A large part of ichthyology’s fascination is the spectacular and unusual nature of the subject matter . As a few examples:
●Coelacanths, an offshoot of the lineage that gave riseto the amphibians, were thought to have died out with the dinosaurs at the end of the Cretaceous, 65 million years ago. However, in 1938, fishermen in South Africa trawled up a very live Coelacanth. This fortuitous capture of a living fossil not only rekindled debates about the evolution of higher vertebrates, but underscored the international and political nature of conservation efforts.
●Lungfishes can live in a state of dry “suspended animation” for up to 4 years, becoming dormant when their ponds dry up and reviving quickly when immersed in water.
●Antarctic fishes live in water that is colder than the freezing point of their blood. The fishes keep from freezing by avoiding free ice and because their blood contains antifreeze proteins that depress their blood’s freezing point to −2°C. Some Antarctic fishes have no hemoglobin.
●Deepsea fishes include many forms that can swallow prey larger than themselves. Some deepsea angler fishes are characterized by females that are 10 times larger than males, the males existing as small parasites permanently fused to the side of the female, living off her blood stream.
●Fishes grow throughout their lives, changing their ecological role several times. In some fishes, differences between larvae and adults are so pronounced that many larvae were originally described as entirely different taxa.
●Fishes have maximum life spans of as little as 10weeks (African killifishes and Great Barrier Reefpygmy gobies) and as long as 150 years (sturgeons andscorpaenid rockfishes). Some short-lived species are annuals, surviving drought as eggs which hatch with the advent of rains. Longer lived species may not begin reproducing until they are 20 years old, and then only at 5+year intervals.
●Gender change is common among fishes. Some species are simultaneously male and female, whereas others change from male to female, or from female to male.
●Fishes engage in parental care that ranges from simplenest guarding to mouth brooding to the production of external or internal body substances upon which young feed. Many sharks have a placental structure as complex as any found in mammals. Egg-laying fishes may construct nests by themselves, whereas some species deposit eggs in the siphon of living clams, on the undersides of leaves of terrestrial plants, or in thenests of other fishes.
●Fishes are unique among organisms with respect to the use of bioelectricity. Many fishes can detect biologically meaningful, minute quantities of electricity, which they use to find prey, competitors, orpredators and for navigation. Some groups have converged on the ability to produce an electrical field and obtain information about their surroundings from disturbances to the field, whereas others produce large amounts of high-voltage electricity to deter predatorsor stun prey.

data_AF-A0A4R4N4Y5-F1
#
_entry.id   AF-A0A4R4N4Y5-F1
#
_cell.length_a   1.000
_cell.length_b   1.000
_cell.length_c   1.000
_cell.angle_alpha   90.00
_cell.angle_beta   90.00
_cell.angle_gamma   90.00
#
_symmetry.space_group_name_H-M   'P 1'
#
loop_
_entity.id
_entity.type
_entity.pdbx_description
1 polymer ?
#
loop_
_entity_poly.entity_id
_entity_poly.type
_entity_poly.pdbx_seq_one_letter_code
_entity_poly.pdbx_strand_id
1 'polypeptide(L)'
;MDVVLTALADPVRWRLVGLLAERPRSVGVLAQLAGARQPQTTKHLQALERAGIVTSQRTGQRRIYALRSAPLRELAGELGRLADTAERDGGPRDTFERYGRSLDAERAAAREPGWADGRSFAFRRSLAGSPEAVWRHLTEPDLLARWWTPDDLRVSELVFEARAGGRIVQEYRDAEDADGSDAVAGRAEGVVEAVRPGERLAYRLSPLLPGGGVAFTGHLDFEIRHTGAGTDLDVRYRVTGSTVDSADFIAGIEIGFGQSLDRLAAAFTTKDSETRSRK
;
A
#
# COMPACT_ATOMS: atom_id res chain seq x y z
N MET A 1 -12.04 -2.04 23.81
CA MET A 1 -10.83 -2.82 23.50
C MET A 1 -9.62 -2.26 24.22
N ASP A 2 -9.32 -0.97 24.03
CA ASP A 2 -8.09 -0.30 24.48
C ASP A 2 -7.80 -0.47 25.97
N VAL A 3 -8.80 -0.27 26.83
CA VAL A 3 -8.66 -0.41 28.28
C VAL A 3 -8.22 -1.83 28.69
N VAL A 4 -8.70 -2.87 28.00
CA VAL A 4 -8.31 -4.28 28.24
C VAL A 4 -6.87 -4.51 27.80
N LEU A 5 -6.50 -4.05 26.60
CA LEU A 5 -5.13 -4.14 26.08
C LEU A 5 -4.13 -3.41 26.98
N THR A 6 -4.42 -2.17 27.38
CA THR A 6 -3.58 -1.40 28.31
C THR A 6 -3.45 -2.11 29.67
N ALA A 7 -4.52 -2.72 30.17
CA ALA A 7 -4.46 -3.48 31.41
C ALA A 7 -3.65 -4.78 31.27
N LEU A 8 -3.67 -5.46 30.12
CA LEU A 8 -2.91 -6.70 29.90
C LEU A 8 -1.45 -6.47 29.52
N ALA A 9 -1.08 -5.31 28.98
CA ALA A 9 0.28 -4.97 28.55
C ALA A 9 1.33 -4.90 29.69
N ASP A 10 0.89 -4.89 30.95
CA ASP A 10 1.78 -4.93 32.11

●Fishes are unique among vertebrates in their ability to produce light; this ability has evolved independently indifferent lineages and can be either autogenic(produced by the fish itself) or symbiotic (produced by bacteria living on or in the fish).
●Although classically thought of as cold-blooded, some pelagic sharks and tunas maintain body temperatures warmer than their surroundings and have circulatory systems specifically designed for such temperature maintenance.
●Predatory tactics include attracting prey with modified body parts disguised as lures, or by feigning death. Fishes include specialists that feed on ectoparasites,feces, blood, fins, scales, young, and eyes of other fishes.
●Fishes can significantly change the depth of their bodies by erecting their fins or by filling themselves with water, an effective technique for deterring many predators. In turn, the ligament us and levering arrangement of mouth bones in some fishes allows them to increase mouth volume when open by as much as 40-fold.
●Some of the most dramatic field and laboratory demonstrations of evolution as an ongoing process result from studies of fishes. Both natural and sexual selection have been experimentally manipulated in Guppies, swordtails, and sticklebacks, among others. These investigations show how competition, predation, and mate choice lead to adaptive alterations in body
shape and armor, body color and color vision, and feeding habits and locales. Fishing has also proven to be a powerful evolutionary force, affecting population structure and size, ages and sizes at which fish reproduce, body shape, and behavior.
Additionally, and although not covered in detail in this text, fishes have become increasingly important as laboratory and assay organisms. Because of small size, ease of care, rapid growth and short generation times, and larval anatomical features, such species as Medaka, Oryzias latipes,and Zebrafish, Danio rerio, are used increasingly in studies of toxicology, pharmacology, neurobiology, developmental biology, cancer and other medical research, aging, genomics, and recombinant DNA methodology (e.g., Geisler et al.1999; Bolis et al. 2001; Tropepe & Sive 2003; Zbikowska2003).
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